ImageJ is a public domain, Java-based image processing program developed at the National Institutes of Health. ImageJ was designed with an open architecture that provides extensibility via Java plugins and recordable macros. Custom acquisition, analysis and processing plugins can be developed using ImageJ's built-in editor and a Java compiler. User-written plugins make it possible to solve many image processing and analysis problems, from three-dimensional live-cell imaging to radiological image processing, multiple imaging system data comparisons to automated hematology systems. ImageJ's plugin architecture and built-in development environment has made it a popular platform for teaching image processing.
ImageJ can be run as an online applet, a downloadable application, or on any computer with a Java 5 or later virtual machine. Downloadable distributions are available for Microsoft Windows, Mac OS, OS X, Linux, and the Sharp Zaurus PDA. The source code for ImageJ is freely available.
The project developer, Wayne Rasband, retired from the Research Services Branch of the National Institute of Mental Health in 2010, but continues to develop the software.
- Runs Everywhere: ImageJ is written in Java, which allows it to run on Linux, Mac OS X and Windows, in both 32-bit and 64-bit modes.
- Open Source: ImageJ and its Java source code are freely available and in the public domain. No license is required.
- User Community: ImageJ has a large and knowledgeable worldwide user community. More than 1700 users and developers subscribe to the ImageJ mailing list.
- Macros: Automate tasks and create custom tools using macros. Generate macro code using the command recorder and debug it using the macro debugger. More than 300 macros are available on the ImageJ Web site.
- Plugins: Extend ImageJ by developing plugins using ImageJ's built in text editor and Java compiler. More than 500 plugins are available.
- Toolkit: Use ImageJ as a image processing toolkit (class library) to develop applets, servlets or applications.
- Speed: ImageJ is the world's fastest pure Java image processing program. It can filter a 2048x2048 image in 0.1 seconds (*). That's 40 million pixels per second!
- Data Types: 8-bit grayscale or indexed color, 16-bit unsigned integer, 32-bit floating-point and RGB color.
- File Formats: Open and save all supported data types as TIFF (uncompressed) or as raw data. Open and save GIF, JPEG, BMP, PNG, PGM, FITS and ASCII. Open DICOM. Open TIFFs, GIFs, JPEGs, DICOMs and raw data using a URL. Open and save many other formats using plugins.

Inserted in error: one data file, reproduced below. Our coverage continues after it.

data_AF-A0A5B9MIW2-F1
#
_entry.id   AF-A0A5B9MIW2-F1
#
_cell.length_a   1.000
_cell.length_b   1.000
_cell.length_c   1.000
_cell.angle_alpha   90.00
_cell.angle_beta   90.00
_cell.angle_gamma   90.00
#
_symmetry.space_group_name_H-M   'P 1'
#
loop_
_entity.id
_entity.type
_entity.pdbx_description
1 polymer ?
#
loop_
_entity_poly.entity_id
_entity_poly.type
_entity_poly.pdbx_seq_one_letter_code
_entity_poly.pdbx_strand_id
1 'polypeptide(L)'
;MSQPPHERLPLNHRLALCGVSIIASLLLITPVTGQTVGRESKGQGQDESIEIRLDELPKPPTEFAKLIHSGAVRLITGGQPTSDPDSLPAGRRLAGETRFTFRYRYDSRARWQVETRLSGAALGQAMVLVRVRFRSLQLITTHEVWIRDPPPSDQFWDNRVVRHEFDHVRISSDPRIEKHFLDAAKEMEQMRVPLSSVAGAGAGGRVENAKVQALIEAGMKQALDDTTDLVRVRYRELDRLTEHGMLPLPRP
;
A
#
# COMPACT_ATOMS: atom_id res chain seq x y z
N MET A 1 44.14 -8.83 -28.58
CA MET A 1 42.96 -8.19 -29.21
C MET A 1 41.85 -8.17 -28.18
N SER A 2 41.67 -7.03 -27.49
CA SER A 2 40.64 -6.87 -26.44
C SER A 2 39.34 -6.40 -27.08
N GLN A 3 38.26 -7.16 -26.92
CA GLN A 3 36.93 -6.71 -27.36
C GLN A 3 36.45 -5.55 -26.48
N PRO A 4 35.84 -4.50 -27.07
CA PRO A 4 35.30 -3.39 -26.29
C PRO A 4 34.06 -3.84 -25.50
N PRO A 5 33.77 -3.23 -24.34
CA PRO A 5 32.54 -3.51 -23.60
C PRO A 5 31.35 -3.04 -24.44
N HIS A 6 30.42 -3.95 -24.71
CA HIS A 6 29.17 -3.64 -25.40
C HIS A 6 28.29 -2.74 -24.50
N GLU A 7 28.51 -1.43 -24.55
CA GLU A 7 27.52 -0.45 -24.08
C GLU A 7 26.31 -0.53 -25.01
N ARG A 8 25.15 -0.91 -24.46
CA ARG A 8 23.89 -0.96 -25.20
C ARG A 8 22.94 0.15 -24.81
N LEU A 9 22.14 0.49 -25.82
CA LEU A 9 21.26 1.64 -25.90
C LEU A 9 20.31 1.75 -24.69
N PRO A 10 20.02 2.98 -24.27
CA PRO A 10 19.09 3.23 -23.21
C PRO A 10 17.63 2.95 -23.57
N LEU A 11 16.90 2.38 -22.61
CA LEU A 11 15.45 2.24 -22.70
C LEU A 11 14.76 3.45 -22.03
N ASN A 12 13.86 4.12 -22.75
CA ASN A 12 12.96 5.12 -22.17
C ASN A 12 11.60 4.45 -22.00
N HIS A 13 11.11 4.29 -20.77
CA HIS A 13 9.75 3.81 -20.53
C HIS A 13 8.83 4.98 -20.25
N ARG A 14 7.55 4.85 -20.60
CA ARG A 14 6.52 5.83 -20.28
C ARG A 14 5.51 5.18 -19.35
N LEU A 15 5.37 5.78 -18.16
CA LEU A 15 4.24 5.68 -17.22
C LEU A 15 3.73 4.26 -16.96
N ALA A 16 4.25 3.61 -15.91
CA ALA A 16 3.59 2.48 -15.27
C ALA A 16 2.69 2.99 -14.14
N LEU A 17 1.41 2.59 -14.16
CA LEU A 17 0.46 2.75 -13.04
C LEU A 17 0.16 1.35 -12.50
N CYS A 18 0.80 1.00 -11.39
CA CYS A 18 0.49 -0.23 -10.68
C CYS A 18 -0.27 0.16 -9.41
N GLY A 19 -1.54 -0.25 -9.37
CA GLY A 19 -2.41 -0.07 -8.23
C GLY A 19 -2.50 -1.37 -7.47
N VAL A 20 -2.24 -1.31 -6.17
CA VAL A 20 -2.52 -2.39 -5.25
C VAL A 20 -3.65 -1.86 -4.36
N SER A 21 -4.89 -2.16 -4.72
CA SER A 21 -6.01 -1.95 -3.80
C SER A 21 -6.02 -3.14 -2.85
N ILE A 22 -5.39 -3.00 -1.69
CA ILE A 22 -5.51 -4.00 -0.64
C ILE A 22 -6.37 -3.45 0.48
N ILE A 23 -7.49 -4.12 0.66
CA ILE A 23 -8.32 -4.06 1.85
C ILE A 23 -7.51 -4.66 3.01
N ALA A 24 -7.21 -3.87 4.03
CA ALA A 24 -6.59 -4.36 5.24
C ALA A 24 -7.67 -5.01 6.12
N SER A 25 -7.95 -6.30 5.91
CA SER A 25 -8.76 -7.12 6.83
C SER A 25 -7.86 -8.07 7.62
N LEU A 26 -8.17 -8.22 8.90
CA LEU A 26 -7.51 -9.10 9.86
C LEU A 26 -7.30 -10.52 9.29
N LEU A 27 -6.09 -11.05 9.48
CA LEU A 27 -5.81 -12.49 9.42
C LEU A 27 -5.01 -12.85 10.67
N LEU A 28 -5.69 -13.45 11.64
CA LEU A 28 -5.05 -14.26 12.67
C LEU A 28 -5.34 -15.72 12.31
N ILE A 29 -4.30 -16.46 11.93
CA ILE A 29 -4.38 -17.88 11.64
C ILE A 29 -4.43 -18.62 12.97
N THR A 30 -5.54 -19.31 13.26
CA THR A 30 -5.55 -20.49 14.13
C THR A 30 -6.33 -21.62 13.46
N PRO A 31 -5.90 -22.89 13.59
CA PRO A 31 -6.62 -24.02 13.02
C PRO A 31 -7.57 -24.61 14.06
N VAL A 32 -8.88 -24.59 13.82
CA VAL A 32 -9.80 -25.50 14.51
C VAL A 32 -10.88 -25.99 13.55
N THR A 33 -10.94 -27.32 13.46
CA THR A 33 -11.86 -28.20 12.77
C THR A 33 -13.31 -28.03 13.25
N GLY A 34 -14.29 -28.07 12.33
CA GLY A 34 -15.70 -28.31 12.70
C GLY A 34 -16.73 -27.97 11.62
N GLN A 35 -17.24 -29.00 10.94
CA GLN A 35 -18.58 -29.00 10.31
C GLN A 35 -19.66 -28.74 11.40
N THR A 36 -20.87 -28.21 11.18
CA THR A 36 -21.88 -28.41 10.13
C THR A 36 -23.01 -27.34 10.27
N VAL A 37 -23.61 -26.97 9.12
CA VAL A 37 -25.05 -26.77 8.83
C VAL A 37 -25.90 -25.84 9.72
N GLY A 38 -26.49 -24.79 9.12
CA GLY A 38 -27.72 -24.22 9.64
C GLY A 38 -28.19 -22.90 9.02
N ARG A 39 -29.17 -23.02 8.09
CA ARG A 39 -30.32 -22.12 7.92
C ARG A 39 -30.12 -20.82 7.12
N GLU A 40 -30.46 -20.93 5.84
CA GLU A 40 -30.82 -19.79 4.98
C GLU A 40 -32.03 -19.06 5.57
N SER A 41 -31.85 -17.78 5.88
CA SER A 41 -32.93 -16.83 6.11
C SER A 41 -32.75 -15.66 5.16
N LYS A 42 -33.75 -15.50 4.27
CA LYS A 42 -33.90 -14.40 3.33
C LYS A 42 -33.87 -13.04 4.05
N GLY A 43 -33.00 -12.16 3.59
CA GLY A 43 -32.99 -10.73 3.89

- Image display: Tools are provided for zooming (1:32 to 32:1) and scrolling images. All analysis and processing functions work at any magnification factor.
- Selections: Create rectangular, elliptical or irregular area selections. Create line and point selections. Edit selections and automatically create them using the wand tool. Draw, fill, clear, filter or measure selections. Save selections and transfer them to other images.
- Image Enhancement: Supports smoothing, sharpening, edge detection, median filtering and thresholding on both 8-bit grayscale and RGB color images. Interactively adjust brightness and contrast of 8, 16 and 32-bit images.
- Geometric Operations: Crop, scale, resize and rotate. Flip vertically or horizontally.
- Analysis: Measure area, mean, standard deviation, min and max of selection or entire image. Measure lengths and angles. Use real world measurement units such as millimeters. Calibrate using density standards. Generate histograms and profile plots.
- Editing: Cut, copy or paste images or selections. Paste using AND, OR, XOR or "Blend" modes. Add text, arrows, rectangles, ellipses or polygons to images.
- Color Processing: Split a 32-bit color image into RGB or HSV components. Merge 8-bit components into a color image. Convert an RGB image to 8-bit indexed color. Apply pseudo-color palettes to grayscale images.
- Stacks: Display a "stack" of related images in a single window. Process an entire stack using a single command. Open a folder of images as a stack. Save stacks as multi-image TIFF files.